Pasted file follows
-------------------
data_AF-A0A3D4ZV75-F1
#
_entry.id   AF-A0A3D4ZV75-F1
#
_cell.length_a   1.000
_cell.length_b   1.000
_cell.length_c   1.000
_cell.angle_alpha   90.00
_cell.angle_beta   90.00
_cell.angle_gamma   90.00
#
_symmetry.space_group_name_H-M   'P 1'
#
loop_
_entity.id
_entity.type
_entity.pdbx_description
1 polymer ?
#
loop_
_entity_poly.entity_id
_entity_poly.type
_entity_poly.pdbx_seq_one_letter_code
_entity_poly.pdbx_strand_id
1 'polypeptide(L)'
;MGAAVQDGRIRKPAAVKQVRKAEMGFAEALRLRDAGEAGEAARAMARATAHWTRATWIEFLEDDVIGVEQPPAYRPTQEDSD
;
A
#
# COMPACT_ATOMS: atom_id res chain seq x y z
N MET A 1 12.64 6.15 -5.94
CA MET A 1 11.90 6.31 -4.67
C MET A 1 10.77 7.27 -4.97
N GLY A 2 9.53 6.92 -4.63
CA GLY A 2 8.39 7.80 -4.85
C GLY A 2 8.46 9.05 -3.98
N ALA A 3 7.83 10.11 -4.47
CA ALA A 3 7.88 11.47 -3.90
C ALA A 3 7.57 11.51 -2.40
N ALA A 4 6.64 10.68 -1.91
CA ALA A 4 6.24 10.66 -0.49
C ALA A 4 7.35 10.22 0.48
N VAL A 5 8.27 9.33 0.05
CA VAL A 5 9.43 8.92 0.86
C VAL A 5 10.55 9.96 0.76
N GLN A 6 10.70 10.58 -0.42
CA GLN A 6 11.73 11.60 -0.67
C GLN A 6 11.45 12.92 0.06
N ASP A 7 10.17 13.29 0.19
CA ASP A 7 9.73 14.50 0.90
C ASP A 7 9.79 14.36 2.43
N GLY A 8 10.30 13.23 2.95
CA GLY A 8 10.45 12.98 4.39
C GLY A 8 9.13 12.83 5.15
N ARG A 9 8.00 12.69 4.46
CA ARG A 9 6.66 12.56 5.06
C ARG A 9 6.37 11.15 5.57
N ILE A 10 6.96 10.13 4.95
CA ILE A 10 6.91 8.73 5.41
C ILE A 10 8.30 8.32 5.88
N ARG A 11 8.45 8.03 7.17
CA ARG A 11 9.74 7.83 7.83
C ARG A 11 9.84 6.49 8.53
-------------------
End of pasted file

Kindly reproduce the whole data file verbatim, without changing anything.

data_AF-A0A3D4ZV75-F1
#
_entry.id   AF-A0A3D4ZV75-F1
#
_cell.length_a   1.000
_cell.length_b   1.000
_cell.length_c   1.000
_cell.angle_alpha   90.00
_cell.angle_beta   90.00
_cell.angle_gamma   90.00
#
_symmetry.space_group_name_H-M   'P 1'
#
loop_
_entity.id
_entity.type
_entity.pdbx_description
1 polymer ?
#
loop_
_entity_poly.entity_id
_entity_poly.type
_entity_poly.pdbx_seq_one_letter_code
_entity_poly.pdbx_strand_id
1 'polypeptide(L)'
;MGAAVQDGRIRKPAAVKQVRKAEMGFAEALRLRDAGEAGEAARAMARATAHWTRATWIEFLEDDVIGVEQPPAYRPTQEDSD
;
A
#
# COMPACT_ATOMS: atom_id res chain seq x y z
N MET A 1 12.64 6.15 -5.94
CA MET A 1 11.90 6.31 -4.67
C MET A 1 10.77 7.27 -4.97
N GLY A 2 9.53 6.92 -4.63
CA GLY A 2 8.39 7.80 -4.85
C GLY A 2 8.46 9.05 -3.98
N ALA A 3 7.83 10.11 -4.47
CA ALA A 3 7.88 11.47 -3.90
C ALA A 3 7.57 11.51 -2.40
N ALA A 4 6.64 10.68 -1.91
CA ALA A 4 6.24 10.66 -0.49
C ALA A 4 7.35 10.22 0.48
N VAL A 5 8.27 9.33 0.05
CA VAL A 5 9.43 8.92 0.86
C VAL A 5 10.55 9.96 0.76
N GLN A 6 10.70 10.58 -0.42
CA GLN A 6 11.73 11.60 -0.67
C GLN A 6 11.45 12.92 0.06
N ASP A 7 10.17 13.29 0.19
CA ASP A 7 9.73 14.50 0.90
C ASP A 7 9.79 14.36 2.43
N GLY A 8 10.30 13.23 2.95
CA GLY A 8 10.45 12.98 4.39
C GLY A 8 9.13 12.83 5.15
N ARG A 9 8.00 12.69 4.46
CA ARG A 9 6.66 12.56 5.06
C ARG A 9 6.37 11.15 5.57
N ILE A 10 6.96 10.13 4.95
CA ILE A 10 6.91 8.73 5.41
C ILE A 10 8.30 8.32 5.88
N ARG A 11 8.45 8.03 7.17
CA ARG A 11 9.74 7.83 7.83
C ARG A 11 9.84 6.49 8.53